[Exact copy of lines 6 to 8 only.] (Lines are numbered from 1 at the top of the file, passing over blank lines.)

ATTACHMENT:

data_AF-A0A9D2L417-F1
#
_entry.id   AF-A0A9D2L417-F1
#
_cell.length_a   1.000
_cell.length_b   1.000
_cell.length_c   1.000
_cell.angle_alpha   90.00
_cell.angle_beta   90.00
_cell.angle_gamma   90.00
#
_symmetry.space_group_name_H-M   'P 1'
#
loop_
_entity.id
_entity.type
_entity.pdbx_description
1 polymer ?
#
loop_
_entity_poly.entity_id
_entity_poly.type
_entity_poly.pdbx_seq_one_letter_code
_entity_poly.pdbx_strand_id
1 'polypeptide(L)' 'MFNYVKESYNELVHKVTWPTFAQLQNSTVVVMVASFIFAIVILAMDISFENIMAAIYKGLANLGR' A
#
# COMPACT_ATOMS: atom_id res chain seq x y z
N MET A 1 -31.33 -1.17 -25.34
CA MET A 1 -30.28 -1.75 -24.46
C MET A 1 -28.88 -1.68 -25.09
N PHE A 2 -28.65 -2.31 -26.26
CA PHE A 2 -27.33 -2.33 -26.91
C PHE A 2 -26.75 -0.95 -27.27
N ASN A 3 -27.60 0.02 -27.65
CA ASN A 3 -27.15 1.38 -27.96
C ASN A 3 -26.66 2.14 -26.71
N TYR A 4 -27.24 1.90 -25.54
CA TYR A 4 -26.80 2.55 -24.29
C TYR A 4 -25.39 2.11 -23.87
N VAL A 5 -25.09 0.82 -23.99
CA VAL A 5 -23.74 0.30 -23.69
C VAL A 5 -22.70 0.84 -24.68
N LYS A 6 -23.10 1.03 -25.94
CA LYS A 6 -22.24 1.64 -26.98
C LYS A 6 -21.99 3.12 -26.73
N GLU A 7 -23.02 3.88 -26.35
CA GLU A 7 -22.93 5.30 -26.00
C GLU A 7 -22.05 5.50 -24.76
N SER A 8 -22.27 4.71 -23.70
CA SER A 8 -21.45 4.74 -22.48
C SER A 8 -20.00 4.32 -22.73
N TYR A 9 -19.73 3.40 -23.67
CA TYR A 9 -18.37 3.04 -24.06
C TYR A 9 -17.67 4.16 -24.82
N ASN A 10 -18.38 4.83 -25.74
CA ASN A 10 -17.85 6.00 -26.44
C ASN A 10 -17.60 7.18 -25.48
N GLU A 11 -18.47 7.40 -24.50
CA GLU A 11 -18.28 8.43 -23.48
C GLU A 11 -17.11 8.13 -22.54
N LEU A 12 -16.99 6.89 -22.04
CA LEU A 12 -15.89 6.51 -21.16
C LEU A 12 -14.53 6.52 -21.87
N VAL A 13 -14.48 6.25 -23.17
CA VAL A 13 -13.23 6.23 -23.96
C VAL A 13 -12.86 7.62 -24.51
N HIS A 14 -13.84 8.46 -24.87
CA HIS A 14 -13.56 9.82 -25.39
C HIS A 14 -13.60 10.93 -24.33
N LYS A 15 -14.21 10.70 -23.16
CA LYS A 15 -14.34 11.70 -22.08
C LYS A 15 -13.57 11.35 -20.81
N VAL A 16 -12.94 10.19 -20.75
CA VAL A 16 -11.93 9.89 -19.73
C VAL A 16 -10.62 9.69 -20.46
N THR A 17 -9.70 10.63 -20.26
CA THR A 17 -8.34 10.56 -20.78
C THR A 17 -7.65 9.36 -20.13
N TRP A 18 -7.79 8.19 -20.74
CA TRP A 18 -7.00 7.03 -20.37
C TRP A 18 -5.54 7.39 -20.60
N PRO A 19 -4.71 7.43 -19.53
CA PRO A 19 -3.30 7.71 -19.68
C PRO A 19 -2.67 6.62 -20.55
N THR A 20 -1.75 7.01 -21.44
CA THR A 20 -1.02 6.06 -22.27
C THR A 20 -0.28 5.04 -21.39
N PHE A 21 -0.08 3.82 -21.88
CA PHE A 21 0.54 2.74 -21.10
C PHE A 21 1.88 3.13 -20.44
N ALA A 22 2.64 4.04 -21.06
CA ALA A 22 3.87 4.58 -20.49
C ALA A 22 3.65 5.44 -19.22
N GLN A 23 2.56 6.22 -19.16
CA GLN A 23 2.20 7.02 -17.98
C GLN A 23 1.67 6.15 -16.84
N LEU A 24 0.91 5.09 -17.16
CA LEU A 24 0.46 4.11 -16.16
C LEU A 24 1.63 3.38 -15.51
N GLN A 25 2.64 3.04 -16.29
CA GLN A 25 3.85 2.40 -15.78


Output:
_cell.length_b   1.000
_cell.length_c   1.000
_cell.angle_alpha   90.00